The Human Brain Project (HBP) has announced the start of its final phase as an EU-funded FET Flagship. The European Commission has signed a grant agreement to fund the HBP with 150 million Euros from now until 2023. Over the next three years, the project will narrow its focus to advance three core scientific areas – brain networks, their role in consciousness, and artificial neural nets – while expanding its innovative EBRAINS infrastructure. EBRAINS offers the most comprehensive atlas and database on the human brain, directly coupled with powerful computing and simulation tools, to research communities around neuroscience, medicine and technology. Currently transitioning into a sustainable infrastructure, EBRAINS will remain available to the scientific community, as a lasting contribution of the HBP to global scientific progress. Supercomputers, Big Data Analytics, Simulation, Robots and AI have all become new additions to the “toolbox” of modern neuroscience – a development strongly pushed forward by the HBP and its EBRAINS infrastructure. Started in 2013 as a FET Flagship project, the HBP is the largest brain science project in Europe. Now entering the final phase of its ten-year lifespan, the project is proud to present its scientific workplan and transformative technological offerings for brain research and brain-inspired research and development. HBP’s scientific activities in the new phase focus on three topics: networks that are studied across different spatial and temporal scales, their significance for consciousness and disorders of consciousness, and the development of artificial neural networks and neurorobotics.

Related chapters from BN: Chapter 2: Functional Neuroanatomy: The Cells and Structure of the Nervous System
Related chapters from MM:Chapter 1: Cells and Structures: The Anatomy of the Nervous System
Link ID: 27337 - Posted: 07.01.2020

Published by Steven Novella under Neuroscience This is an important and sobering study, that I fear will not get a lot of press attention – especially in the context of current events. It is a bit wonky, but this is exactly the level of knowledge one needs in order to be able to have any chance of consuming and putting into context scientific research. I have discussed fMRI previously – it stands for functional magnetic resonance imaging. It uses MRI technology to image blood flow to different parts of the brain, and from that infer brain activity. It is used more in research than clinically, but it does have some clinical application – if, for example, we want to see how active a lesion in the brain is. In research it is used to help map the brain, to image how different parts of the brain network and function together. It is also used to see which part of the brain lights up when subjects engage in specific tasks. It is this last application of fMRI that was studied. Professor Ahmad Hariri from Duke University just published a reanalysis of the last 15 years of his own research, calling into question its validity. Any time someone points out that an entire field of research might have some fatal problems, it is reason for concern. But I do have to point out the obvious silver lining here – this is the power of science, self-correction. This is a dramatic example, with a researcher questioning his own research, and not afraid to publish a study which might wipe out the last 15 years of his own research. Copyright © 2020 All Rights Reserved .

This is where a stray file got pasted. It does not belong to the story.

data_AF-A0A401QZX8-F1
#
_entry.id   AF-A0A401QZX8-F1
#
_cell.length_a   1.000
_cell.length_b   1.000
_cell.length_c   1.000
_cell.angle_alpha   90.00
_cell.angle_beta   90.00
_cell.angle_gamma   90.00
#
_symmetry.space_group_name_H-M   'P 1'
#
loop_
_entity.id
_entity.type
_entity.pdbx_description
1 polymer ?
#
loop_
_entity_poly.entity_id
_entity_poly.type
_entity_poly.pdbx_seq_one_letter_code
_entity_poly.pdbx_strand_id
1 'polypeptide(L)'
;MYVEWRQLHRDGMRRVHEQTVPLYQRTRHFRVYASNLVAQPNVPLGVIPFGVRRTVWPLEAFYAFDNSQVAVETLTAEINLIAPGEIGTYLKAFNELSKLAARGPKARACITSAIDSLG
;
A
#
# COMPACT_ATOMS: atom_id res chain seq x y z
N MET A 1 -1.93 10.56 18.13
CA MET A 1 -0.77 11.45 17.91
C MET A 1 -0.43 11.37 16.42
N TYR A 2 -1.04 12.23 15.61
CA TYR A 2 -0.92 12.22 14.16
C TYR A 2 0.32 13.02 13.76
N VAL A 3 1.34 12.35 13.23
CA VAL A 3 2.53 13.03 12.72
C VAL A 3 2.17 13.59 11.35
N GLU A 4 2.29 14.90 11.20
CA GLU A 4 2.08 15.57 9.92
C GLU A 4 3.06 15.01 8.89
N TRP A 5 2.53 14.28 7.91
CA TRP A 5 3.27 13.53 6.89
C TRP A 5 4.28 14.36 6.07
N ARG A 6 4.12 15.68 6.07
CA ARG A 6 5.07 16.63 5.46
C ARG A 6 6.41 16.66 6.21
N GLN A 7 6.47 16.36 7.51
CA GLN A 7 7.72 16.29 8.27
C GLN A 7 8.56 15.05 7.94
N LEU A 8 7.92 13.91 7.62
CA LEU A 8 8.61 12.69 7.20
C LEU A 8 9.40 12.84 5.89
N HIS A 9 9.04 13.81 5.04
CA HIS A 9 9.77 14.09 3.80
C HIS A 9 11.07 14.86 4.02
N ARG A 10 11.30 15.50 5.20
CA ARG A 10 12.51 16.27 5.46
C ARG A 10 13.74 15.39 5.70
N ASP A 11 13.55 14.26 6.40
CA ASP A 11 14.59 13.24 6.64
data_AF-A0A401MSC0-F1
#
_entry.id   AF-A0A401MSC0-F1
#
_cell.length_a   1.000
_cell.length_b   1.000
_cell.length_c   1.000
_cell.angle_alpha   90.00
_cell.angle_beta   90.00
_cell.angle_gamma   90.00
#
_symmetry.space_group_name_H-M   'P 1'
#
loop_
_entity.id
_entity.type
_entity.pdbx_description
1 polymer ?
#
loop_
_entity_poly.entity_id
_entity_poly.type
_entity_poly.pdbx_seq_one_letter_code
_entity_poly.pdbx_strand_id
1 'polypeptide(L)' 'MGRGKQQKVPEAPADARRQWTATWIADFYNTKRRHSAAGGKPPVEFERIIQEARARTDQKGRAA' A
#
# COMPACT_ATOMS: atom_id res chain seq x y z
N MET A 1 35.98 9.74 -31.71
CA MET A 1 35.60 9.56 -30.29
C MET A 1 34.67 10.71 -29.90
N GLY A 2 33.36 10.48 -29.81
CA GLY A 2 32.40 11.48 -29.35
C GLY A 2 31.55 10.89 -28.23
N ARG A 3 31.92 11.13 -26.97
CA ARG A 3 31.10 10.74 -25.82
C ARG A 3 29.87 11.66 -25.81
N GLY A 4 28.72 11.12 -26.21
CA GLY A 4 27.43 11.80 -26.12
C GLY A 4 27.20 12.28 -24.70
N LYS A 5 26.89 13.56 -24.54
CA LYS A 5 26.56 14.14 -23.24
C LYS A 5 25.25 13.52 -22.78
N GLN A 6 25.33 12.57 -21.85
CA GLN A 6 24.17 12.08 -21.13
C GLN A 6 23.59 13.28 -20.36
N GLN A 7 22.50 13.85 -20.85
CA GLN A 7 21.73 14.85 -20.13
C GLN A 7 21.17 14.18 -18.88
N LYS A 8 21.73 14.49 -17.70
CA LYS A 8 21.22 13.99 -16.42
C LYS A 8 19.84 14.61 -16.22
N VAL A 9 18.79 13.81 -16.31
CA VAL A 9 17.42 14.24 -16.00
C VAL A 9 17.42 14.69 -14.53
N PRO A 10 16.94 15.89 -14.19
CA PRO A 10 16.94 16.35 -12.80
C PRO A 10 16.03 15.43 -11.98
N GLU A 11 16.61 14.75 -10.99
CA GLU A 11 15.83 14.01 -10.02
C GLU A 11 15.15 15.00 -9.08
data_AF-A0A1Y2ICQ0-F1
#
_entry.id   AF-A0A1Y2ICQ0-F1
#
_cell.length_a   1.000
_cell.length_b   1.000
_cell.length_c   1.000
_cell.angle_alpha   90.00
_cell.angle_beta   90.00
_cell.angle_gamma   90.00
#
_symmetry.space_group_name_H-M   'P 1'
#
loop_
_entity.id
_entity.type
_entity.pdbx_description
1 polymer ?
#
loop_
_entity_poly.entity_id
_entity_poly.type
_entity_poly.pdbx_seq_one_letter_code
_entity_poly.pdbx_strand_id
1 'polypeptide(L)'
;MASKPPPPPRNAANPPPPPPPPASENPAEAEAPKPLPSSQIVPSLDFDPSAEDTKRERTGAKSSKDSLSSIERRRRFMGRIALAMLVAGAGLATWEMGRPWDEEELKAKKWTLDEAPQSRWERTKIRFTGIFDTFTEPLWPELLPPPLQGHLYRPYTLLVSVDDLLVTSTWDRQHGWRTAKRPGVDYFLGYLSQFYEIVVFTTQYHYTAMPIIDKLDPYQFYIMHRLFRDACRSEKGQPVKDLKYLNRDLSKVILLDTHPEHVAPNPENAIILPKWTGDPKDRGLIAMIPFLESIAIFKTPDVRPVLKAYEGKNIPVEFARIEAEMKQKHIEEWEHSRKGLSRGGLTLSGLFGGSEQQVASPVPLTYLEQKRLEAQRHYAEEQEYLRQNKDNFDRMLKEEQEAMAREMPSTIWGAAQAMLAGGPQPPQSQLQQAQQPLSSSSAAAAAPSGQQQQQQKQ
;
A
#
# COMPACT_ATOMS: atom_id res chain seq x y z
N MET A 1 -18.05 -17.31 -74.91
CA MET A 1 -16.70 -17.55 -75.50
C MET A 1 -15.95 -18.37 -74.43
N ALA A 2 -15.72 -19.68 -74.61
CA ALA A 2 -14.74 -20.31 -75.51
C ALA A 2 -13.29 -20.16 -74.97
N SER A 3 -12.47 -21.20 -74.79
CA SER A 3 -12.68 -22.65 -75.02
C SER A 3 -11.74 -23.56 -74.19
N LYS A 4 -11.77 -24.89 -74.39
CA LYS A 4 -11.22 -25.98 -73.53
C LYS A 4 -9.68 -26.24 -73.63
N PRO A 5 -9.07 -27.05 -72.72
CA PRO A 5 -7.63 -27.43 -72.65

Related chapters from BN: Chapter 2: Functional Neuroanatomy: The Cells and Structure of the Nervous System
Related chapters from MM:Chapter 1: Cells and Structures: The Anatomy of the Nervous System
Link ID: 27288 - Posted: 06.08.2020